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Woman shares 6 simple ways in which men can help women feel safer in vulnerable situations

Woman shares 6 simple ways in which men can help women feel safer in vulnerable situations

Twitter user bekah took it upon herself to compile a list of simple ways in which men can help women feel more secure in public spaces and other situations.

The kidnapping and murder of Sarah Everard once again called attention to how exhausting it is for women to live with the constant fear of being harmed by men. Many women took to social media to speak up about feeling unsafe every waking hour of their lives and detail the endless precautions they take to avoid being assaulted, stalked, raped, or murdered. While they were countered with the usual "not all men" excuses, some men expressed genuine interest to understand how they could make women feel more secure in public spaces and other situations.

 

 



 

 

Twitter user bekah took it upon herself to compile a list of simple ways in which men can help women in vulnerable situations feel safer in a thread that has since gone viral. "If you hear a woman being bothered, walk over, and support her," she wrote. "You could pretend to be a family member, a friend, or perhaps even a boyfriend if a man is really bothering her and she seems distressed. It would be greatly appreciated. If you hear your friends or men around you speaking in a derogatory way about women or a particular woman, CALL THEM OUT! Don't let them get off lightly. Do not stay silent. Men should be educated, women should not have to be harassed."

 



 

 

"If a woman is walking alone (particularly at night), leave space/distance between you and her or cross the road so she knows you are not following her," she continued. "This will make her feel more at ease and feel like she's not being pursued. Don't walk at her pace, cross over, and overtake her. Never ever victim blame a woman when she opens up about past experiences. Even the smallest experience can be traumatic and last a lifetime. Support her. Do not say 'what about men?' or 'it's not all men' because it is all women. Do not pass it off as nothing."

 



 

 

The Twitter user went on to explain that when walking past a woman at night, it would help if men could try and keep their face visible; i.e. unless they're wearing a mask due to the pandemic. "If you are running at night, make sure to breathe heavy or make much more noise so she does not get spooked out when you run behind her and past her," she wrote. "I'm not saying start panting like a dog, maybe just cough to let the girl know ur behind her so she doesn't get spooked."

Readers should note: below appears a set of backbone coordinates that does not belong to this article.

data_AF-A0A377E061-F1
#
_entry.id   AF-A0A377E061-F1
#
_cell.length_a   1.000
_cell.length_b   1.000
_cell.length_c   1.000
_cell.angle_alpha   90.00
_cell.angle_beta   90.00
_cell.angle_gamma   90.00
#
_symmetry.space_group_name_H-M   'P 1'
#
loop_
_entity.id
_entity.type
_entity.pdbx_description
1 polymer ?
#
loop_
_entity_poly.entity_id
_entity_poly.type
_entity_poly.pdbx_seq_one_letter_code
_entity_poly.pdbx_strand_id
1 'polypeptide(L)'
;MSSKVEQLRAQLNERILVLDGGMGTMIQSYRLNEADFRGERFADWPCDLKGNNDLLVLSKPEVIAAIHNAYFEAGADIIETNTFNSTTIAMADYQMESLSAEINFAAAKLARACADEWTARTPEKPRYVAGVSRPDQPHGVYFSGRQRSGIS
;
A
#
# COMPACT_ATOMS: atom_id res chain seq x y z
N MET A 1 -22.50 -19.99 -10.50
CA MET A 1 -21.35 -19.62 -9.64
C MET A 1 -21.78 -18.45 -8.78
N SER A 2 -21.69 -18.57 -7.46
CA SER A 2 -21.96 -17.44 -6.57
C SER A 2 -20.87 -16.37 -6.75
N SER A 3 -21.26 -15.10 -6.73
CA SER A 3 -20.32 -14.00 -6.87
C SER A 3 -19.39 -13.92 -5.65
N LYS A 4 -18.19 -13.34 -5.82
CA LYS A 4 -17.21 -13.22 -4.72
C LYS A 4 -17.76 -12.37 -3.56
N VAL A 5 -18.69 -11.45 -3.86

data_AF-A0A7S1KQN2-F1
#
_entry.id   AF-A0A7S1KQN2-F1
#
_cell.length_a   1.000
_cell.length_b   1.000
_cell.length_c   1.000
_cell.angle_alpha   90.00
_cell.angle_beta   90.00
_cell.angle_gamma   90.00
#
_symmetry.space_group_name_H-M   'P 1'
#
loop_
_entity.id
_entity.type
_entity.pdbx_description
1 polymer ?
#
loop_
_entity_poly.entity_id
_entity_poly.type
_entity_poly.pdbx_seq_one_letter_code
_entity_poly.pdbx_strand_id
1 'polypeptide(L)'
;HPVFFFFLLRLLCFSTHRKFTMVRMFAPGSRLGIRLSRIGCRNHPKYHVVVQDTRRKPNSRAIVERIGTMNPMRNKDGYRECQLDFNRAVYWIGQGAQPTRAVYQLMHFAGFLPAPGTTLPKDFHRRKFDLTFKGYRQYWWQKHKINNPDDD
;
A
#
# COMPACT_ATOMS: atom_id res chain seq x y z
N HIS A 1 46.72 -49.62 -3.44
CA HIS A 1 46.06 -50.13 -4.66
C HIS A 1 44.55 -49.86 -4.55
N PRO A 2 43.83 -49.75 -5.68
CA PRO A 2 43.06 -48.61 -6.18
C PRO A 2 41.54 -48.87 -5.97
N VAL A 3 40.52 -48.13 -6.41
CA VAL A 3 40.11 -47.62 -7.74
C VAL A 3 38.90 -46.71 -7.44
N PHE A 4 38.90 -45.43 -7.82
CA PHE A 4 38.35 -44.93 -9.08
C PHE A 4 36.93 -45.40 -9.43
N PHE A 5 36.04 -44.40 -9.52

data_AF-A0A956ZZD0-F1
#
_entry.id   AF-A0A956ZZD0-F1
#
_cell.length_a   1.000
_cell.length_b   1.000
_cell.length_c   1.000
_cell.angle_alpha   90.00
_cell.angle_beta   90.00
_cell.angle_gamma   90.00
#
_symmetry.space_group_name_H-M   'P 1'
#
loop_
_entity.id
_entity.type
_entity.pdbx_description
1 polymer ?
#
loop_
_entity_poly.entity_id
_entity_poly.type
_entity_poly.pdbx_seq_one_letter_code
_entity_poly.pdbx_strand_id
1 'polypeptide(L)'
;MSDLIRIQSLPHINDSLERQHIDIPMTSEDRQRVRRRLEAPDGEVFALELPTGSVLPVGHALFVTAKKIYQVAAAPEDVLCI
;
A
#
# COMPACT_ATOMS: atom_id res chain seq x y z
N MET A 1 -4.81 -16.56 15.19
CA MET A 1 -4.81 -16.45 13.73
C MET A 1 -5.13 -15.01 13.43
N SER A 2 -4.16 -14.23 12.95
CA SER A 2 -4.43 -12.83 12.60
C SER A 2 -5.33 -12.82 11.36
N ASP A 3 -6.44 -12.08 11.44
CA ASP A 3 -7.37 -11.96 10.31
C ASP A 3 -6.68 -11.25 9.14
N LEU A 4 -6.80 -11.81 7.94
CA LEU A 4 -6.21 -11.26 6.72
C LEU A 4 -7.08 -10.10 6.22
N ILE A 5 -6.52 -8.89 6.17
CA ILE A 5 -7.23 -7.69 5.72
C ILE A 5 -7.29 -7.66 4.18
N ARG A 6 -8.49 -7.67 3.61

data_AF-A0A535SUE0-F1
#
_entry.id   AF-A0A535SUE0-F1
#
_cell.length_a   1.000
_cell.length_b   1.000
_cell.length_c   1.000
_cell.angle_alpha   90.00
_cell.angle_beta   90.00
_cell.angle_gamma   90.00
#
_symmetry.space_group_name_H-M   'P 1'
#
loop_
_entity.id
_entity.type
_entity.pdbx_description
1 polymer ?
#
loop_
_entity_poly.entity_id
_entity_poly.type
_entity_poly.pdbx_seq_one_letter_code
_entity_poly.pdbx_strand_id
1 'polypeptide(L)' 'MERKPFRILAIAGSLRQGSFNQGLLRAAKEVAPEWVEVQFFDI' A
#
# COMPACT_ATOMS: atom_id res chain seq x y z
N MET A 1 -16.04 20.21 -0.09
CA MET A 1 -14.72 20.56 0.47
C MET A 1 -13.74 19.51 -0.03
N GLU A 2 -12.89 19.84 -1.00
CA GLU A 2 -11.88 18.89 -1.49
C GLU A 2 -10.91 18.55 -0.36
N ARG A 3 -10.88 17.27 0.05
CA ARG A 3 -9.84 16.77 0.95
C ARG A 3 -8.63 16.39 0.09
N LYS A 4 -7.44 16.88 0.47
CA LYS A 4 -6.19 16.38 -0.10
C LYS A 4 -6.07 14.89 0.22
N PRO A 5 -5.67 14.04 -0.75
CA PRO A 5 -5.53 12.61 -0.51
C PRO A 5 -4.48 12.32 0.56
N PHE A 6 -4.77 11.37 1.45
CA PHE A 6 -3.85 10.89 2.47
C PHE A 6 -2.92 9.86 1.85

According to BBC, following the public outcry surrounding Sarah Everard's death, the British Prime Minister's office recently announced "immediate steps" aimed at improving safety for women and girls in England and Wales. This includes allocating an additional £25 million for better lighting and CCTV, and a pilot scheme which would see plain-clothes officers in pubs and clubs. The undercover officers would feed intelligence to uniformed officers, said Safeguarding minister Victoria Atkins, and that the government would work with businesses and police to ensure "that women can feel safe in our streets."

 



 

 

Prime Minister Boris Johnson — who chaired the meeting of the government's Crime and Justice Taskforce on Monday evening — said the government was bringing in "landmark legislation" to toughen up sentences and put more police on streets. "Ultimately, we must drive out violence against women and girls and make every part of the criminal justice system work to better protect and defend them," he added. However, Labour's shadow domestic violence minister Jess Phillips criticized the move and called for meaningful changes to the law rather than plans involving "police officers in skinny jeans."

 



 

 

Labour's Nick Thomas-Symonds, said the measures were "nowhere near good enough" and called for "urgent action" on issues like harassment of women, domestic homicide sentencing, and more support for rape victims. A spokeswoman for the organization Reclaim These Streets said that while the additional funding was welcome, funding alone wouldn't create the structural changes which were "so important." "Women won't be able to trust that they are safe until misogyny and racism are tackled at an institutional level within government, police, and the criminal justice system," she said.

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